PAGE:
Alexander Ogomudia: A General In Retreat

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Former Chief of Defence Staff, General Alexander Ogomudia (Rtd)

By Maxwell Nzekwe

Unlike a majority of retired generals who maintain the patriotism and dignity of “officers and gentlemen” as they retreat into civil life, General Alexander Ogomudia is obviously opting for the murky fringes of parochial politics.

Thirteen years ago he was the highest-ranking military officer of the Nigerian Armed Forces as Chief of Defense Staff. It was his duty to formulate and execute policies and programs focused on the attainment of the highest level of national security and operational competence of the Armed Forces.

Even as recently as last year, General Ogomudia was hailing the Nigerian Army for successful operations in the continuous fight against all forms of insecurity. “I urge you not to rest on your oars but work assiduously with other security agencies towards maintaining and improving the security in the country,” he told troops at the end of the 2018 West Africa Social Activities (WASA) celebration of the Army, in Dodan Barracks, Lagos.

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Shockingly, a few weeks ago the same General had abandoned the cause of national security and jumped onto the bandwagon of bellicose agitators for “restructuring” who are prone to threatening fire and brimstone as the consequence of failing to  heed their demands. General Ogomudia’s alarmist war-mongering was the last thing expected of him at a lecture organized by the Catholic Church of Warri’s Justice, Development and Peace Commission (JDPC).

But he threw caution and decorum to the wind, defiantly declaring that the continued “suppression” of the agitations for the restructuring of the country could lead to “violent breakup of the country”. Suppression?  In fact, the restructuring charade fizzled out due to agitation fatigue!

Whatever was responsible for such a tragic turnaround, from a patriotic pillar of national peace and security to a callous campaigner for do-or-die restructuring, is a perilous pointer to the irrational tendency for people to adopt desperate and uncompromising postures in pursuit of political goals, contrary to the norms of democracy.

General Ogomudia’s untimely emergence as a doomsday advocate of restructuring after maintaining dignified distance from the contentious confrontations that erupted earlier in his post-retirement years when his geopolitical enclave ruled the country also exposes the parochial parameters of his current posturing.

Nevertheless, it is instructive that the General and his cohorts would rather issue empty threats of “violent break up” than take the democratic path to actualize their restructuring aspirations, which remains the only reasonable and realistic route that rules out violence and break up.

It is an intriguing irony that those who claim their desperate uncompromising agitation for restructuring is fuelled by “suppression” adamantly refuse to initiate the constitutional process of gaining the necessary democratic endorsement of a majority of federal and state legislators to achieve success. Yet they insist on restructuring the whole country just by “agitation” and threatening apocalypse!

In the circumstance, there is a reason to believe that the purported desperate agitation for restructuring is, in fact, the means to an ulterior objective of instigating instability and eventual break-up! Thus, little or no effort has gone to propagating the essence and defining features of the desired form of restructuring and its twin-federalism- demanded and building national consensus despite the existence of several models with varying implications on the preferences of other geopolitical entities.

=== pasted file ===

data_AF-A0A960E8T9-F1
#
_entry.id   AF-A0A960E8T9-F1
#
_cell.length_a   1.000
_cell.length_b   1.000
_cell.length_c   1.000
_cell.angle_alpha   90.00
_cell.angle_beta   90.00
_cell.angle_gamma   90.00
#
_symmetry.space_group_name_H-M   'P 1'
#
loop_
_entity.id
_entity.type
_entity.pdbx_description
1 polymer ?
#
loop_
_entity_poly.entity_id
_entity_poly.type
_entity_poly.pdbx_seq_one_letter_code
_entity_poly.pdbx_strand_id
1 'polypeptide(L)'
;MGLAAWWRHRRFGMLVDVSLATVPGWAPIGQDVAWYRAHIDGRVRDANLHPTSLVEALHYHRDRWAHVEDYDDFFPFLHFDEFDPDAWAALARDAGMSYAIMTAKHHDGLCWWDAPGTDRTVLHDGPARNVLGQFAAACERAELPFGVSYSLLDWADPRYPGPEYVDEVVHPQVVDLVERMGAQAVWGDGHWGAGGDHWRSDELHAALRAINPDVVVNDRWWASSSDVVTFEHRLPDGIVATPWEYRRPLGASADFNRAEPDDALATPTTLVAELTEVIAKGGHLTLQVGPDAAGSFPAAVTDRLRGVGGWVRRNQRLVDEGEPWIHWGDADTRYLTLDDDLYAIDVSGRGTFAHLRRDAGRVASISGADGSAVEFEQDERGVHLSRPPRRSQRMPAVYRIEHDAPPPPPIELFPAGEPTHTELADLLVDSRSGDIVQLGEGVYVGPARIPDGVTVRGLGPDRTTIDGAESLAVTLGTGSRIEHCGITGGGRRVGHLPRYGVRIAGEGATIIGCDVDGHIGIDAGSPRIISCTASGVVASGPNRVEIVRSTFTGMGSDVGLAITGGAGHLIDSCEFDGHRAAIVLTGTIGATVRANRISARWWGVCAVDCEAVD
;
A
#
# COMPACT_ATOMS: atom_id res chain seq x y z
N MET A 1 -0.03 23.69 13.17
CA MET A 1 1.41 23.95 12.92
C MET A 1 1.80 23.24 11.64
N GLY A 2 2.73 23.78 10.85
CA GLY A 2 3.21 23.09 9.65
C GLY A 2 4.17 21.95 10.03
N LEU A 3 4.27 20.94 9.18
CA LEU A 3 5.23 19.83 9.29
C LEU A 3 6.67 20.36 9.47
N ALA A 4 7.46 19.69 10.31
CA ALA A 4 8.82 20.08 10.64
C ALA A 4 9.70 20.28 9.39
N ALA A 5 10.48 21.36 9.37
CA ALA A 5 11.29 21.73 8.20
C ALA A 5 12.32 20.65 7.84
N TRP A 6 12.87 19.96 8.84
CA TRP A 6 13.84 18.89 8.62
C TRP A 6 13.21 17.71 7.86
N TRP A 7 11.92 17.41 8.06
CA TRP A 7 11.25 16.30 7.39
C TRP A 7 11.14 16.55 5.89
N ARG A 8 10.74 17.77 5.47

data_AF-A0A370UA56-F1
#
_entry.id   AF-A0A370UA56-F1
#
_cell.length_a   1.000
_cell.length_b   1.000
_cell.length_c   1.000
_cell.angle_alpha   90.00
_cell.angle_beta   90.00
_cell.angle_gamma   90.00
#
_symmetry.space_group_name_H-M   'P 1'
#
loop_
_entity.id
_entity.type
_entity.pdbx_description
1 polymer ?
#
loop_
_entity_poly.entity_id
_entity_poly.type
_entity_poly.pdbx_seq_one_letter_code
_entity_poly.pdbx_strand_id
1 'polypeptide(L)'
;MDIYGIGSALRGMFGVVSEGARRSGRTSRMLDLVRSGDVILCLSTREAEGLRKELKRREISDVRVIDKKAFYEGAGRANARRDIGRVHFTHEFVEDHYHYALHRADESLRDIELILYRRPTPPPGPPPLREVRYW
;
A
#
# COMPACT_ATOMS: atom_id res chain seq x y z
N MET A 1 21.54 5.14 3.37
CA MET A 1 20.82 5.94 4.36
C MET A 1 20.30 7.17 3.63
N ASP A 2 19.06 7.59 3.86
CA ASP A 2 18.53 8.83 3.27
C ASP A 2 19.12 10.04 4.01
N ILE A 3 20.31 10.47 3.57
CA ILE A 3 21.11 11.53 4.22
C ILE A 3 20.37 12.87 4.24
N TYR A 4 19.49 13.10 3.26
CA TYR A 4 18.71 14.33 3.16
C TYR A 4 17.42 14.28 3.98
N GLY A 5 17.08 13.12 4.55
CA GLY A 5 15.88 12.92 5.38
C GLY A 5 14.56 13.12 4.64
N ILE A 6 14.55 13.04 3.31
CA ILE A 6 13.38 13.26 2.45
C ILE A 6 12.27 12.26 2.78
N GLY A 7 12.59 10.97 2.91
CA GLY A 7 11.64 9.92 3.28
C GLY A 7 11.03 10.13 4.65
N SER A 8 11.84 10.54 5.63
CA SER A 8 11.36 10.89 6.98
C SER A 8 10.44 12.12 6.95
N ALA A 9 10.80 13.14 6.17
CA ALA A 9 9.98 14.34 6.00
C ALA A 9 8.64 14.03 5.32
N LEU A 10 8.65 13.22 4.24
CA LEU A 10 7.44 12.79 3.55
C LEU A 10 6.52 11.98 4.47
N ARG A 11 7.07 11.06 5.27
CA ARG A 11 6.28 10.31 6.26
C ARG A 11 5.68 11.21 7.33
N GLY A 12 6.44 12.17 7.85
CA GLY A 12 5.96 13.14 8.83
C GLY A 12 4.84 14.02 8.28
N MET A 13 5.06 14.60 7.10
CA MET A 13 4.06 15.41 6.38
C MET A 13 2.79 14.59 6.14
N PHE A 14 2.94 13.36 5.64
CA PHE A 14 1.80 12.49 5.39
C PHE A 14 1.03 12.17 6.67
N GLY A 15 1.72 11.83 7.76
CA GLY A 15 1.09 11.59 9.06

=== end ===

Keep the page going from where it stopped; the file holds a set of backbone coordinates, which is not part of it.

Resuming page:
General Ogomudia’s outburst on restructuring is so nebulous that it indicates a similar preoccupation with destabilization agenda that cannot be unconnected with his looming irreversible loss of national political relevance. It is not a mere coincidence that the General has lately been more politically active in his native Uzere in Isoko South Local Government Area of Delta State, which is facing a communal crisis of sorts.

Interestingly, he was quoted as vehemently denying involvement in the crisis, arguing that a man of his status who succeeded in nailing Boko Haram terrorists during his time as army chief would not stoop so low to foment trouble in his own community.

Evidently, the General still harbours nostalgic recollections of his more glorious attainments in the service of the fatherland, dedicated to securing its sovereignty, peace and stability as a patriot, retired officer and gentleman.

If only he could put the preservation of the territorial integrity of Nigeria above all else, restructuring inclusive, he will not envisage a violent breakup. Even though General Ogomudia was commissioned after the civil war ended and has no civil war record, he must stop considering violence as an option for resolving national political issues when peaceful, democratic alternatives remain unexplored.

A violent break up of Nigeria is an abominable a proposition with unthinkable potential consequences on innocent citizens who, unlike the Generals and other “big guns”, cannot escape the blood bath. General Ogomudia and his cohorts should perish the thought now and forever!

The more sensible task of building national consensus and mobilizing legislative endorsement across the country to facilitate constitutional actualization of the restructuring agenda is a more honourable and patriotic initiative for General Ogomudia to undertake than sacrificing national peace and stability.

Maxwell Nzekwe a youth activist writes from Port Harcourt, Rivers State.